1. Forum
  2. >
  3. Topic: Finnish
  4. >
  5. "Miksi he eivät myy enää sima…

"Miksi he eivät myy enää simaa?"

Translation:Why do they no longer sell any mead?

July 17, 2020



That is a terrible translation. No one says it like that in English. Rather, one says, Why don't they sell mead anymore?


I really don't like 'sima' being translated as 'mead'. Sima is non-alcoholic and it contains lemon but no honey. Mead is alcoholic, typically between 5-20%, and there is no lemon but honey is the essential ingredient. You have kept 'mämmi' as mämmi because there is no English equivalent. Please keep 'sima' as sima.


What is the Finnish for 'mead' in that case?


It is perfectly possible that there isn't one. I certainly am not aware of one, hence my suggestion of keeping 'sima' as sima. For various reasons languages can very rarely be translated accurately because of cultural and other reasons. Certain food related items are not known or used in other countries. Same goes for weather - in northern countries there are several words referring to different types of snow which don't make any sense to a person who has never seen snow. They cannot have an accurate translation, although they can invent a word. A person translating an English text including the word 'mead' has the option of explaining the drink in foot notes or in a separate list added to the end of a text. In any case, 'mead' and 'sima' are not interchangable, no matter how much Google tries to tell you so.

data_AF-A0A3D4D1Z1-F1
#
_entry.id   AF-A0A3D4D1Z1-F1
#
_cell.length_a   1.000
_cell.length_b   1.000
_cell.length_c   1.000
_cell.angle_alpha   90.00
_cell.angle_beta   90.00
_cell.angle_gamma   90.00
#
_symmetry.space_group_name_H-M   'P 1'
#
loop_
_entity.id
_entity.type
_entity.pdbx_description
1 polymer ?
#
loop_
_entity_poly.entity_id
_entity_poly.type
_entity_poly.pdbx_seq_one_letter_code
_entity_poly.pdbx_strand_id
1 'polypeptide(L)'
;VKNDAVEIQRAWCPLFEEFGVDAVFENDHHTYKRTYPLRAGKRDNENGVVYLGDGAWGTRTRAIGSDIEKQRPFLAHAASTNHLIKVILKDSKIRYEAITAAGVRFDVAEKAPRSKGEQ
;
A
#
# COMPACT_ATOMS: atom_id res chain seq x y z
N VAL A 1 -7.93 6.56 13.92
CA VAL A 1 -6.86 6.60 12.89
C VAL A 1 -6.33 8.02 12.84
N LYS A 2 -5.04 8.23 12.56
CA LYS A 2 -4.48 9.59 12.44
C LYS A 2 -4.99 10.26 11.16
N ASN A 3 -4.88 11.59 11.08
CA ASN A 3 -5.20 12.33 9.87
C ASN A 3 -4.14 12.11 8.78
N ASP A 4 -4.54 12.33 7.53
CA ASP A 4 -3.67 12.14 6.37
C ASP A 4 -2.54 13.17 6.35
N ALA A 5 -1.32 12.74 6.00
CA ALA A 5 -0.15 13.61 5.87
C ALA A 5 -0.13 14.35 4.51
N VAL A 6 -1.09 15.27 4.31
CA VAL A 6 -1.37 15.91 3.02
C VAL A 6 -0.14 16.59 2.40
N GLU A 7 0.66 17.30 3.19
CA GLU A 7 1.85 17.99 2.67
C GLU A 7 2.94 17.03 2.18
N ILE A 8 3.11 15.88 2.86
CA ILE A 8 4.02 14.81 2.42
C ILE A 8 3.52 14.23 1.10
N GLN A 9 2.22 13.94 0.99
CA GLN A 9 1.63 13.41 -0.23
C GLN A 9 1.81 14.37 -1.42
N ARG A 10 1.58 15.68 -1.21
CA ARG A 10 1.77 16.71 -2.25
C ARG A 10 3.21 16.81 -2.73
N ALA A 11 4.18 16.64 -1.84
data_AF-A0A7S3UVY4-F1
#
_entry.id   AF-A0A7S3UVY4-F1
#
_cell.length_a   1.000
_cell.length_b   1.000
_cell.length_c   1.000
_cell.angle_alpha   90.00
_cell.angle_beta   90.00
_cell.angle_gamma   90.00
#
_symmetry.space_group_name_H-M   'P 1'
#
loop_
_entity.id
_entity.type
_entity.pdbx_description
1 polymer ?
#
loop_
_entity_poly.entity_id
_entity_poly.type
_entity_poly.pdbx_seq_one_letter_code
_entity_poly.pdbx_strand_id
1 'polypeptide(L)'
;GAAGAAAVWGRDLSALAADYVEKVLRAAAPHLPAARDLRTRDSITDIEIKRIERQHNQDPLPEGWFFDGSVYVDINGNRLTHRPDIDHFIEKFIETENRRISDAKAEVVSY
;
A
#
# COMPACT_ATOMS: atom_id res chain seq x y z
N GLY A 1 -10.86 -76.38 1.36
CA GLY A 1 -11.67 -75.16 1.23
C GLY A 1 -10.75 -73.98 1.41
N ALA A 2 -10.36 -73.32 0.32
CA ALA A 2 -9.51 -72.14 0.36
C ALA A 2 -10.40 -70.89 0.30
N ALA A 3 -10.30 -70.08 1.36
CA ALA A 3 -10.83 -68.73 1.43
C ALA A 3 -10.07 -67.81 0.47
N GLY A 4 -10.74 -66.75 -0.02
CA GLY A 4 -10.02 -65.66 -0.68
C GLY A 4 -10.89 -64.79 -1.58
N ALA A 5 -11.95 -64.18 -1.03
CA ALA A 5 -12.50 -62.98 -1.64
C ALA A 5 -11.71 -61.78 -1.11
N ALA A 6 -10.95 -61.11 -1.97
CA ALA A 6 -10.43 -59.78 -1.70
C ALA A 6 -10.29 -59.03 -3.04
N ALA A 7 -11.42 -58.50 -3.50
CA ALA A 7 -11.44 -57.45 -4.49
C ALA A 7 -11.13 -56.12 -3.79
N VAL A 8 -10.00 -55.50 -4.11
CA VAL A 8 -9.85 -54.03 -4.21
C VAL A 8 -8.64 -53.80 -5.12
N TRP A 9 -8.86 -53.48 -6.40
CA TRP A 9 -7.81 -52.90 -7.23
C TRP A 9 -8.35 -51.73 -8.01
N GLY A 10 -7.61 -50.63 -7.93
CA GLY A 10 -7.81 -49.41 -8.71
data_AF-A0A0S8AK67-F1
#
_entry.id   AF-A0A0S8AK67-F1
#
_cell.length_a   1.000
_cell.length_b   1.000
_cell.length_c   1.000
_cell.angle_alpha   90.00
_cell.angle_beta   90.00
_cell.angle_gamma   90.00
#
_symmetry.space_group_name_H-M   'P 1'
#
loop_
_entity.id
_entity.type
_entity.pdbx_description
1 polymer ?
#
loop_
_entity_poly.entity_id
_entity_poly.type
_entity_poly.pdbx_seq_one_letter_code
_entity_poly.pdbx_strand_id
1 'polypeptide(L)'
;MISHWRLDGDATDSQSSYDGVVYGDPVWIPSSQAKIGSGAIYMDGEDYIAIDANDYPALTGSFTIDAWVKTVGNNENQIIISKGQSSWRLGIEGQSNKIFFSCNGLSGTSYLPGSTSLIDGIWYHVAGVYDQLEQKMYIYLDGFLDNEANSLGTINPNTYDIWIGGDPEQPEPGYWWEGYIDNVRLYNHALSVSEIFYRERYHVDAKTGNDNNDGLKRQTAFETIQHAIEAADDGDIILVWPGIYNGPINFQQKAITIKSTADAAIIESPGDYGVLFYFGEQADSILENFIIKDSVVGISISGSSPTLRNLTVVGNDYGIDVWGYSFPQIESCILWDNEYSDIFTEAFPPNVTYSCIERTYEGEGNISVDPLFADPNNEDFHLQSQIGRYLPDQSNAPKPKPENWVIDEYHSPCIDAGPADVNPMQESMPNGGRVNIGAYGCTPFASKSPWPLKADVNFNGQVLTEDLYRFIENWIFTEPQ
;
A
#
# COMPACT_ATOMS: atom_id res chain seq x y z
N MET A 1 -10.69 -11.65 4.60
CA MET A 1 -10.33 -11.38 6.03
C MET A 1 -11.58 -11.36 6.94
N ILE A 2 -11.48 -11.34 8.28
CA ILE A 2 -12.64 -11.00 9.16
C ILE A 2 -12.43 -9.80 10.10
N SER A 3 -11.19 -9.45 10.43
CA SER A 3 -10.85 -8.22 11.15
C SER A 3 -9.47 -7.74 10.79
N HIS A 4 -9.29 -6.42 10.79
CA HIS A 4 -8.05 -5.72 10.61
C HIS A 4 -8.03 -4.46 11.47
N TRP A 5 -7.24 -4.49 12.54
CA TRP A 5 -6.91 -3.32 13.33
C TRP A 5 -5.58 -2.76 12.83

Thanks, this is interesting. Having now done a bit of research on what 'mead' is/was and what 'sima' is/was, it looks like both words are actually covering quite a wide range of concoctions past &present. Nevermind the problem of translating from one language into another, even within a language (or language family) one person's mead seems to be another's "that's not proper mead"(!)

I get the sense though that within English, 'mead' has more or less retained the association with being alcoholic, and you have to specifically call it out as non-alcoholic if that's the case. Is it fair to say that although 'sima' (by the sounds of it) once referred to a fermented drink, to the modern Finn it would no longer be expected to be alcoholic? Would they actively expect a non-alcoholic drink, or is it more ambiguous, it could be either alcoholic or non-alcoholic?


I have never heard of alcoholic 'sima'. When I was a child, 'sima' was only made for 'vappu', 1 May, and we were allowed to drink any amount of it. It was lightly sparkling and a real delight. In my family you wouldn't have given any kind of alcohol to a child. I've lived away from Finland for a very long time and I don't know if somebody has introduced alcoholic 'sima', a little bit like there being non-alcoholic beer available these days.

Learn Finnish in just 5 minutes a day. For free.